How to Get Your ‘Someday’ Items Done (and Done Consistently)

Do you have a list of things you really want to get done — or habits you want to start — but you just can’t seem to find the time?

Maybe it’s launching your newsletter. Or blogging more regularly. Or creating your lead magnet. Or prospecting every single week without fail. Or updating your website copy.

Or maybe it’s hitting the gym. Or spending time with your kids. Or getting through that stack of books on your bedside table.

You know … the “someday” items.

Let’s face it. That someday will never come unless you adopt strategies to GET them done!

Here are three strategies that you can use to get your someday items done:

1. Schedule your someday items first thing in the day

I start every day with a morning routine where I meditate, write in my gratitude journal and read.

Why do I start my day with these items? Because if I don’t do them first thing, they simply don’t get done. (Believe me, I’ve tried!)

It’s been proven that when you schedule your someday items first thing in your day (whether your work day starts at 9:00 a.m., noon or after the kids are asleep), those someday items get done.

For many of us, that means NOT starting the day with email, social media or the morning news. Instead, it’s about starting your day with the things you most want to get done, such as your someday items.

2. Bundle or “habit stack” your to-dos

Every morning, I have two tasks I want to accomplish: my morning routine and spending time with my kids.

Because I have the responsibility of getting my kids up, and getting my youngest one ready for school and driving him to school, this is a habit that’s hard-wired into my day.

My morning routine, on the other hand, is something that I might be tempted to skip (which is one reason why I schedule it first thing in the morning, as discussed above).

So to make sure that BOTH of these activities become habits, I’ve “bundled” or “stacked” the two of them together.

Research shows that this strategy is much more effective than trying to implement a new habit in isolation. By stacking them, I’m using the power of my existing habit to make sure that my new habit gets done.

It’s as if I’m “borrowing” willpower from my existing habit. Because the existing task is already a habit, it’s easier to tack on a new task to the existing habit than it is to try and develop the new habit on its own.

In other words, if you want to add a new habit to your life (e.g. a morning routine), stack it on top of a current habit. It could be something that you do immediately before or immediately after that existing habit.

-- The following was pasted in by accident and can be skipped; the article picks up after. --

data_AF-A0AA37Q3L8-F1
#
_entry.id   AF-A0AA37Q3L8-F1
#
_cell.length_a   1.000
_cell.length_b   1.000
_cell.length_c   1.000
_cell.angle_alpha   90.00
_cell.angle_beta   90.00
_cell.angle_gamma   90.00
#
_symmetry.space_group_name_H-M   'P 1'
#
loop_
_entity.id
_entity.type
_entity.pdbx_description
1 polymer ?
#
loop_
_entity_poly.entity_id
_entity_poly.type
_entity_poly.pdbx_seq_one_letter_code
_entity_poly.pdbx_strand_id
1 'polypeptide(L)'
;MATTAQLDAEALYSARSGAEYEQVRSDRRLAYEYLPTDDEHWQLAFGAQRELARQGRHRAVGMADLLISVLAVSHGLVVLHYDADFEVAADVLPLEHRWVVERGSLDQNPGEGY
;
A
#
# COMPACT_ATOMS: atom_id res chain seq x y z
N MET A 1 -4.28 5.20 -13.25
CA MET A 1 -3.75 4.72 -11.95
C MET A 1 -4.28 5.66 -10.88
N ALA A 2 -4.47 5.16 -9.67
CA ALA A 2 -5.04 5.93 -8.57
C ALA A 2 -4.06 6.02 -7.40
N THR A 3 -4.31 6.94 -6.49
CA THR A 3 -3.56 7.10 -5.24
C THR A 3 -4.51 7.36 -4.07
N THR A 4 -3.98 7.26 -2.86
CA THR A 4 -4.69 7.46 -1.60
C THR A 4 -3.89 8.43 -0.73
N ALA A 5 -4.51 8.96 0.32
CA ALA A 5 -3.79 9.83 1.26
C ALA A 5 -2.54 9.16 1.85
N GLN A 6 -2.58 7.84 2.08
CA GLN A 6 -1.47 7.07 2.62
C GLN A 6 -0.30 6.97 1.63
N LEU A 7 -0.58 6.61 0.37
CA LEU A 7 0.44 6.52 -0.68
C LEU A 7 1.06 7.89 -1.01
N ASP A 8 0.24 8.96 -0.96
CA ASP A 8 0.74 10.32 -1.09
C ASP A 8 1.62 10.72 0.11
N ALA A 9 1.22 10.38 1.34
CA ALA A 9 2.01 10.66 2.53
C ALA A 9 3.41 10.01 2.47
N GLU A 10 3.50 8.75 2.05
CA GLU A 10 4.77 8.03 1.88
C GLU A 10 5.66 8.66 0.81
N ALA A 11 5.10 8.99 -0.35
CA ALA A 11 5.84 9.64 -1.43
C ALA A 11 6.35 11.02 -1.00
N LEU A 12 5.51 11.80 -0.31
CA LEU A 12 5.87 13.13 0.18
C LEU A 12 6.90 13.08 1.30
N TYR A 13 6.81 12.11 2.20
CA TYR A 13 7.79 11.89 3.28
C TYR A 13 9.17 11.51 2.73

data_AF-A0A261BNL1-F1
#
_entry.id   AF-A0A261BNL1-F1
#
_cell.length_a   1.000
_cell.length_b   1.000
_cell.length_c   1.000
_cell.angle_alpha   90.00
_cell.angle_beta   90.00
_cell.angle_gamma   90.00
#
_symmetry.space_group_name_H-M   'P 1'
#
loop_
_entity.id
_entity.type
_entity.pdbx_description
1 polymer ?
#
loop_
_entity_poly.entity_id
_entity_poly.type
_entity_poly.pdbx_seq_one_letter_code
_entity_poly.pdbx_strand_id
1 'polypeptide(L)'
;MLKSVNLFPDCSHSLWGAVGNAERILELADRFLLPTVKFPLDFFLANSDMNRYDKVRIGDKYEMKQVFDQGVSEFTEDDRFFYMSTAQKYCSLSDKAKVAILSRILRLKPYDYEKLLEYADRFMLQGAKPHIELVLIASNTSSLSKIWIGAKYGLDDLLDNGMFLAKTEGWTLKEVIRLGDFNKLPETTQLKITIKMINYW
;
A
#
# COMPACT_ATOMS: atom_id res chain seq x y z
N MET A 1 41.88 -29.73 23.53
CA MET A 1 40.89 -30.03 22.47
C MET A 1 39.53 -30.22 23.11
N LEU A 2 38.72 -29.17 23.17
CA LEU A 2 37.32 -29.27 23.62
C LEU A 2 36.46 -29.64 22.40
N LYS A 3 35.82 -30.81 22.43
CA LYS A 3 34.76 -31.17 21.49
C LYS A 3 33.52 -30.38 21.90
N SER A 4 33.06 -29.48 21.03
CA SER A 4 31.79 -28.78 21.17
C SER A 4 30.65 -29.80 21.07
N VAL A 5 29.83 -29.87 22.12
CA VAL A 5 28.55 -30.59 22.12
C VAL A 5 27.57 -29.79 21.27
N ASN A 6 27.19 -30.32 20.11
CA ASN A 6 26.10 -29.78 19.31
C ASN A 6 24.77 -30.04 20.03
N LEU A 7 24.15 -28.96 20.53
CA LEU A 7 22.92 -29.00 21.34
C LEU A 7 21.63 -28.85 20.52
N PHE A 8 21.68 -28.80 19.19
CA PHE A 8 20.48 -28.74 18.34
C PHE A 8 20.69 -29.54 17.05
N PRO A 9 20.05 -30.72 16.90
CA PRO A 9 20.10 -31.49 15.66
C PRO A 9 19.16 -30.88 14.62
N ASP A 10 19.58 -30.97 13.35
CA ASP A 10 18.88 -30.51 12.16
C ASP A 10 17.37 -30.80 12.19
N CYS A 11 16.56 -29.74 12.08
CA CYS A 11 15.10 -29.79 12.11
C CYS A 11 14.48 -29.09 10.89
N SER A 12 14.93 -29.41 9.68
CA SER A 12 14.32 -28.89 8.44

So think about the habits you already have, such as taking a lunch break or driving your kids to school, and just attach a new habit to them.

For more on habit stacking, check out the excellent book Habit Stacking: 97 Small Life Changes That Take Five Minutes or Less by S.J. Scott.

3. Reduce the friction in your to-dos

For many weeks, I was determined to get to the gym. I looked at my day and figured that right before lunch was the best time to go. This would allow me to get some work done in the morning, and I was usually ready for a break at that point anyway. Plus, exercising right after eating a meal didn’t seem like such a good idea!

Plus, I figured I’d use the strategy of habit stacking to link my new habit (the gym) to an existing habit (breaking for lunch). So it should work, right?

Not really. Week after week, my “get to the gym” plans never materialized. Eventually, I realized the problem.

I had too much “friction” in the task.

I work from my home office. The gym is a seven-minute drive away, which doesn’t sound like much! But I still have to extricate myself from my desk, get in the car and drive to the gym. And believe it or not, this was enough of an obstacle (friction) to prevent me from doing the task consistently.

So I took steps to “reduce the friction” by removing these obstacles.

Now just I go to the gym directly after dropping my youngest at school in the morning. I’m not saving that much time by going straight there (as opposed to making a separate trip later).

But I’m already in the car, dressed and ready to go. So it just feels easier to get it done while I’m already out of the house.

Again, I’ve removed the friction.

This new approach still uses the power of habit stacking. But now I’m stacking the task of going to the gym on top of the habit of driving my son to school, instead of breaking for lunch. And that’s making all the difference.

Use These Strategies to Get Your Someday Items Done

Think about all the items on your to-do list, whether they’re habits or internal projects. Which ones are you already doing consistently?

Which ones should you start doing first thing in the day?

Which ones should you bundle or “habit stack” with existing habits?

And where can you remove friction to get things going more smoothly?

If you apply these strategies, you’ll find yourself getting your someday items done consistently and with less effort.


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